The Baylor Bears are trying something new. They're taking Wednesday off, save for a tune-up practice in Kansas City. They've earned it. The third-seeded Bears have a bye for for the first time in the 14 years of the Big 12 tournament.
When the Bears (24-6) open play Thursday night against the Texas-Iowa State winner (and how many Baylor fans would love to see the Bears go for a three-peat of the Horns?), it will begin the final countdown for senior point guard Tweety Carter.
Carter, A 5-11, do-it-all dynamo from Reserve, La., has had a spectacular final season, averaging 15.8 points and leading the conference with 6.3 assists. He's increased his scoring by 5.2 points over last season and has dished out 150 more assists. He's shooting 39 percent from beyond the 3-point arc, always his specialty, but he's also now a significant threat inside the arc. He also brings a tenacious energy at the other end of the floor in the Bears' 2-3 zone defense.
Thursday's game will be Carter's 126th in a Baylor uniform, more than anyone who has come before him, and he ranks in the top 10 of 11 major career categories. With two more wins, Carter will lead the Bears to a single-season school record of 26 victories.
"Tweety is somebody who came in a great scorer and now will leave a great point guard and a great defender," Baylor coach Scott Drew said. "We know how valuable he’s been, and I think most people across the league know how good he is."
Carter, hard-working and highly likable, and junior sharpshooter LaceDarius Dunn, Baylor’s leading scorer at 19.2 points game, comprise the most explosive backcourt in the Big 12, capable of combining for 50 points or more on any given night.
"You’re always going to consider yourself the best, but me and Lace just come out and play hard every night," Carter said. "We let our play allow us to be better than people thought we were going to be."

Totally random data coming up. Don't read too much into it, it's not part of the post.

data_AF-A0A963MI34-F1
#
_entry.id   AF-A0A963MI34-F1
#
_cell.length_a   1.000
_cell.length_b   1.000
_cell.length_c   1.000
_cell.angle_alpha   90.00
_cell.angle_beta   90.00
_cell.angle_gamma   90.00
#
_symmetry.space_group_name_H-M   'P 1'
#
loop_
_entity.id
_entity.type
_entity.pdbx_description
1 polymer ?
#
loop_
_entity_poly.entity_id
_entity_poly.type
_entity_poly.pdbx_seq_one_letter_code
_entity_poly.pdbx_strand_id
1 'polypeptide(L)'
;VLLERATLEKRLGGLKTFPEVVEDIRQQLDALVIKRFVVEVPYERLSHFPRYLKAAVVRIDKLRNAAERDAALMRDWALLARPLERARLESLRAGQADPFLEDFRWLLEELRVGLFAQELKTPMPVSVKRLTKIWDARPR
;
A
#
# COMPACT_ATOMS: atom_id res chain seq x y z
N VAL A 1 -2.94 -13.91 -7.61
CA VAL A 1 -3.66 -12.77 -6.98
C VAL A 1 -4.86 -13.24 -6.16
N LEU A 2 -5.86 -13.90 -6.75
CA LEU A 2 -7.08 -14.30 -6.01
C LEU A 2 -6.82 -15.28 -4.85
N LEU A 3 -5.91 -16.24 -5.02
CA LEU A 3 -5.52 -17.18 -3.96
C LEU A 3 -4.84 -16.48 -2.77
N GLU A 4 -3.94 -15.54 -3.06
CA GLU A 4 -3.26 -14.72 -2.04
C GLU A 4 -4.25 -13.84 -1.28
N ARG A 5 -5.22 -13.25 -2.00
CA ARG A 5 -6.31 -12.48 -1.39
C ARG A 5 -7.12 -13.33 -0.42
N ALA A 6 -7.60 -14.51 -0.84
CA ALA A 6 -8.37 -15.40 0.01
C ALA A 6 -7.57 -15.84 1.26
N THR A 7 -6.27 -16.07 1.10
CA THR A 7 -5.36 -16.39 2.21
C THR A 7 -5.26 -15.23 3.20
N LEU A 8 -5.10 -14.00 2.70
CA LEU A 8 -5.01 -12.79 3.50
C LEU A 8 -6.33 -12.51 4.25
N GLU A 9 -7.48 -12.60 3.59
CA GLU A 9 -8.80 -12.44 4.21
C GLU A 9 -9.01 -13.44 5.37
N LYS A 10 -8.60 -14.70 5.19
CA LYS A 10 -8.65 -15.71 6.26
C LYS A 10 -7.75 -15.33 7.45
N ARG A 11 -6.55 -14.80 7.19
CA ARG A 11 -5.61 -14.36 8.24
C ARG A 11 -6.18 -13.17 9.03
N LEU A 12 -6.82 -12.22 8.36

Said Drew: "We don’t know if they're the most talented, but we know we wouldn’t trade them for anybody in the country. We love them as basketball players and we love them as people. They’ve done a tremendous amount for our program."
After a disappointing Big 12 season a year ago on the heels of the ballyhooed 2008 NCAA tournament berth, Baylor regrouped in the conference tournament, making it all the way to the title game. With an automatic bid on the line, the weary Bears fell to Missouri and settled for the NIT.
They took full advantage, barnstorming to New York City and an appearance in the NIT title game. As often happens with teams that make spirited runs in the NIT, Baylor will jump into the NCAA tournament next week. Few outside the program figured it would happen. With three starters graduating and no one certain that 6-10 transfer Ekpe Udoh would make such a significant impact at both ends, Baylor garnered little respect heading into the season. It was picked 10th in the preseason by the conference's coaches.
But then in nonconference play, the Bears beat Xavier, Arizona State, Arkansas and South Carolina. It wasn't until Baylor took Kansas down to the wire at Allen Fieldhouse that the Big 12 recognized the Bears as a direct threat.
"I knew we had a good team. A lot of people didn't know that," Carter said. "We lost three of our key players and I think a lot of people doubted us, but we stayed together as a team, we worked hard and we believe in each other that we can do a lot of good things."
The Bears never lost a game this season by more than seven points, something no other NCAA Division I team in the nation can say, according to the Baylor media relations department.
If Baylor gets past Texas or Iowa State, it could get a rematch in the semifinals against Kansas State, which won by two points in a gut-wrencher in Waco. And of course, No. 1 Kansas sits in the opposite bracket as a potential championship game matchup.
Baylor beat the top-seeded Jayhawks in last season's quarterfinal round on its way to the final.
"We'll take it one game at a time, go out there and compete like we have been all season and stay together," Carter said. "This team will come ready to play every game. As long as we keep doing that we can compete with anybody."